With midterm elections less than a year away - and control of Congress hanging in the balance - campaign 2002 is already boiling down to a single issue: the Bush tax cut.
In response to polls showing that the economy has now surpassed terrorism as the public's top concern, Democrats are launching a series of attacks blaming the president's tax cut for upcoming budget deficits and current economic woes. Republicans are fighting back, saying the recession is the product of the Sept. 11 attacks, and arguing that the tax cuts are helping the economy recover.
History would give the advantage to the Democrats, since the public typically blames the president for a recession. But in the wake of Sept. 11, President Bush's approval ratings have soared, which may help insulate him and his party from blame. And while polls showed many Americans were lukewarm about the Bush tax cut during the 2000 campaign, they may feel differently when it comes to the question of repealing it - particularly if the economy starts to pick up a little in coming months.
"Democrats are looking to blame Bush for what [are] obviously, for a lot of people, hard times," says Floyd Ciruli, a Denver-based pollster. "Whether that'll click or not, I'm not sure. Both because it appears we've hit near bottom, and we're beginning to see some uptick, and because a lot of people think it's terrorism that caused the depth and seriousness of the recession, as opposed to tax cuts or one year of Republican policy."
A weak economy is almost always a good campaign issue for the party out of power - as Democrats learned in 1992, when Clinton adviser James Carville coined the phrase, "it's the economy, stupid."
With the parties in virtual agreement about the war on terrorism and homeland defense, Democrats may have little else to focus on. After Sept. 11, many domestic issues such as prescription-drug reform, which had dominated the 2000 campaign, moved way down on the list of voters' priorities.
"[Sept. 11] and its aftermath have totally reordered the country's policy agenda," says William Galston, a public policy professor at the University of Maryland and a former Democratic adviser. "Items that seemed likely to dominate the fall of 2001 and indeed the entire political year of 2002 now appear less likely to do so."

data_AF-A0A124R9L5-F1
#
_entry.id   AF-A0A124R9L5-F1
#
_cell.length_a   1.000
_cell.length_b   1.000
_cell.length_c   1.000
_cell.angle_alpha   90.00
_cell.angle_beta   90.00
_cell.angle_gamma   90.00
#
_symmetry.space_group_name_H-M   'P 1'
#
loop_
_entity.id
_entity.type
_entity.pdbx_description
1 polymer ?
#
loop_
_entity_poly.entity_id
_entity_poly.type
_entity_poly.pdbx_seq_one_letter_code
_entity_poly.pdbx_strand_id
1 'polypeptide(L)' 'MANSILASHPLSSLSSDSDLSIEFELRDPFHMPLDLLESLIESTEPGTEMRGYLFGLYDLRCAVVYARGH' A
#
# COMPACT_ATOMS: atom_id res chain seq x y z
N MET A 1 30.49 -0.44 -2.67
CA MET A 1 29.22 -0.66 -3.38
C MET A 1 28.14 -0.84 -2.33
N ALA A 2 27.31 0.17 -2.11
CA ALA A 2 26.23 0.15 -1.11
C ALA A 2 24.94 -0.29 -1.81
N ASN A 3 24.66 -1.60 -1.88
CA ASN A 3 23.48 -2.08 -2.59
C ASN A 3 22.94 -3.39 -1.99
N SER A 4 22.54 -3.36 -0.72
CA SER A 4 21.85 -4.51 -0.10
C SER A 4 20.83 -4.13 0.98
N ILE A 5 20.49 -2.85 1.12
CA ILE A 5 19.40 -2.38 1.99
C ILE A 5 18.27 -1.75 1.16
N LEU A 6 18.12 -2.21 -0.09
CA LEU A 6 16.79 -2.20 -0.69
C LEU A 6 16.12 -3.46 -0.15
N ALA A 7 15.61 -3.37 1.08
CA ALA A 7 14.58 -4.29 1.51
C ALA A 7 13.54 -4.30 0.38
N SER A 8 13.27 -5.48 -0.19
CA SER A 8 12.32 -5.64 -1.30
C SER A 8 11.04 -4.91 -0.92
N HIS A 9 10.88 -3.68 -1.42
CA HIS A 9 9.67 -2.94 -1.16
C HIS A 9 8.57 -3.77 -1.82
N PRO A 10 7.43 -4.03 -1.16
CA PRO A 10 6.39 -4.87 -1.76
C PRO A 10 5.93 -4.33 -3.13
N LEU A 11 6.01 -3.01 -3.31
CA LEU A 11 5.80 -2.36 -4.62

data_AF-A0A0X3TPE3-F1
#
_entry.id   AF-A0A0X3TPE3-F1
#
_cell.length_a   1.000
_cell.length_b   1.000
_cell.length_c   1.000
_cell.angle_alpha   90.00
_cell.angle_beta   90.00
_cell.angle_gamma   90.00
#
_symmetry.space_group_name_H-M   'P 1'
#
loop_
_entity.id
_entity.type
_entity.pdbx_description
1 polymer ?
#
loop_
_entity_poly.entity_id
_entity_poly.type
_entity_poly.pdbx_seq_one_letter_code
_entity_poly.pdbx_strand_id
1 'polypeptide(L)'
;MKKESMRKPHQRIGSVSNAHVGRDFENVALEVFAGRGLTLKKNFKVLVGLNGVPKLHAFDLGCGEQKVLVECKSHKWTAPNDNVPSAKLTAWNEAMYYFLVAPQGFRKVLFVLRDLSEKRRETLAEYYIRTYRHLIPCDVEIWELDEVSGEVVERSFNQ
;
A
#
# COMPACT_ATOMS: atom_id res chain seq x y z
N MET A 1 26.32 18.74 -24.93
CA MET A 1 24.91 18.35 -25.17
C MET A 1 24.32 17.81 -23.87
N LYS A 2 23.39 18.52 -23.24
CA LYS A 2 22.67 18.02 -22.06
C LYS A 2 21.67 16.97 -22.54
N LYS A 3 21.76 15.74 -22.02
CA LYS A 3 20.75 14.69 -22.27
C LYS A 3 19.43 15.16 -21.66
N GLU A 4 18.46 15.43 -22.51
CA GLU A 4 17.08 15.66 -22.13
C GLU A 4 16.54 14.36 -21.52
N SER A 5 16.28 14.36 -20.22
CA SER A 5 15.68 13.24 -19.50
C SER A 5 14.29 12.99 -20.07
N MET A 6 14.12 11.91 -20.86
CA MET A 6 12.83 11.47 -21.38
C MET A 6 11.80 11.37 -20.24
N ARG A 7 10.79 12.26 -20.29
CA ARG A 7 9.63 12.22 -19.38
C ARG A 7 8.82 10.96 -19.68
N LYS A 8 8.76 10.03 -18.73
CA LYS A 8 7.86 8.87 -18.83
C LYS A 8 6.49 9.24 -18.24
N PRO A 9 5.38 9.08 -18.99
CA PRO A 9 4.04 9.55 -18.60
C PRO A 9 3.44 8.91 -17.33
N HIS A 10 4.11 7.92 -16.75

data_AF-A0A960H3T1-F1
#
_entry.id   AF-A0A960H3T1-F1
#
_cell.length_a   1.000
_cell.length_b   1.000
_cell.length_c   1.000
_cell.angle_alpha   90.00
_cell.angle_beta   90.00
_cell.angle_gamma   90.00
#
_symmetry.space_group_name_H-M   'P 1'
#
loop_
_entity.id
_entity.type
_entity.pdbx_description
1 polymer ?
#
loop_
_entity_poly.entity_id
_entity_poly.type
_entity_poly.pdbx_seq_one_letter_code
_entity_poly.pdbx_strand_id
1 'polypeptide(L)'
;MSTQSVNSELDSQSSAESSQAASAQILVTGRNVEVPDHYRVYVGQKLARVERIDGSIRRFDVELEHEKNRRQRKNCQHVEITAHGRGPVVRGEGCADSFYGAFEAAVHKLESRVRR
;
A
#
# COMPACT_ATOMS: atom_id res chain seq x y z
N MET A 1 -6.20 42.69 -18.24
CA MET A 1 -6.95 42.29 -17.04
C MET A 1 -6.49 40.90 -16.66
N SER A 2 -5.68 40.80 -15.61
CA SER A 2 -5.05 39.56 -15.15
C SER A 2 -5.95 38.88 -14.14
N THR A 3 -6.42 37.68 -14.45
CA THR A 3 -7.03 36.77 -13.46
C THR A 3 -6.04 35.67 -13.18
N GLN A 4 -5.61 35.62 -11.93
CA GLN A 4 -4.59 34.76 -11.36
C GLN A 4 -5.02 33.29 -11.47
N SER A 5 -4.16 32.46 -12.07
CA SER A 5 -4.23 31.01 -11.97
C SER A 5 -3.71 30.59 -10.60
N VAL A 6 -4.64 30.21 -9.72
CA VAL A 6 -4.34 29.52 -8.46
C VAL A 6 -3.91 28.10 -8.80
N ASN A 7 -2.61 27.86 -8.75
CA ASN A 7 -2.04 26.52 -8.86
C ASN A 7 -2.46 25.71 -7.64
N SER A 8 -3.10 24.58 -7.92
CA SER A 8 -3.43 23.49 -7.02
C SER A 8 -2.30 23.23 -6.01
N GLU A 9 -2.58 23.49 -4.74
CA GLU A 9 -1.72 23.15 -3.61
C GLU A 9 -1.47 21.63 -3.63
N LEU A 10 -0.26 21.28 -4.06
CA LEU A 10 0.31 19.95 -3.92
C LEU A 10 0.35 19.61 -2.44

In attacking the Bush tax cut, Democrats are attempting to alter their old "tax and spend" stereotype. Recent polls have showed that Americans have greater confidence in the GOP's ability to deal with the economy.
In a speech last Friday, Senate majority leader Tom Daschle tried to reverse this slide, calling for "a return to fiscal responsibility." Evoking the record deficits of the early 1990s, he said, "Sept. 11th and the war aren't the only reasons the surplus is nearly gone. They're not even the biggest reasons. The biggest reason is the tax cut."
Over the weekend, at a town-hall meeting in Ontario, Calif., Mr. Bush fired back. He stated that if Congress decides to repeal the tax cut, that would be "a tax raise," adding, "not over my dead body will they raise your taxes." He also laid the blame for the recession squarely on Sept. 11, saying, "there's no question" the terrorist attacks hurt the nation's economy.
One factor that could weaken the Democrats' argument is that the bulk of the Bush tax cut has not yet taken effect - and so its impact is largely seen on future federal budgets, not the current one (although Democrats also contend that the projected deficits are helping to keep long-term interest rates high, thereby hurting the current economy).
"The problem is, there's a distinction between the short term and the long term," says Mr. Galston.
"In the short term, the Republican argument that the recession and necessary defense and security measures in response to 9/11 are principally responsible for the evaporation of the surplus is, I believe, accurate. In the long term, more than half the decline in the surplus over the 10-year projection is attributable to the tax cut that was enacted last spring."
Even Democratic strategists concede that it may not be easy to get voters to grasp such long-term implications. "Most people probably don't understand yet that we've turned from surpluses to deficits," says Al From, head of the Democratic Leadership Council. "It's not an argument that you win tonight. But it's an argument you have to win by November 2002 or 2004."
Ultimately, the outcome may hinge on whether or not the economy revives at all. If it does, Democrats may well have trouble convincing voters that deficits still lie ahead. But if it doesn't, the public may latch onto the party's message.
"As much as anything, it's going to be a question of timing on this economy," says Mr. Ciruli. "Because I don't think the [Democratic] message itself is all that salient - it's way too mixed. I think a lot of people are not going to blame the president for the recession, or are going to like the tax cuts."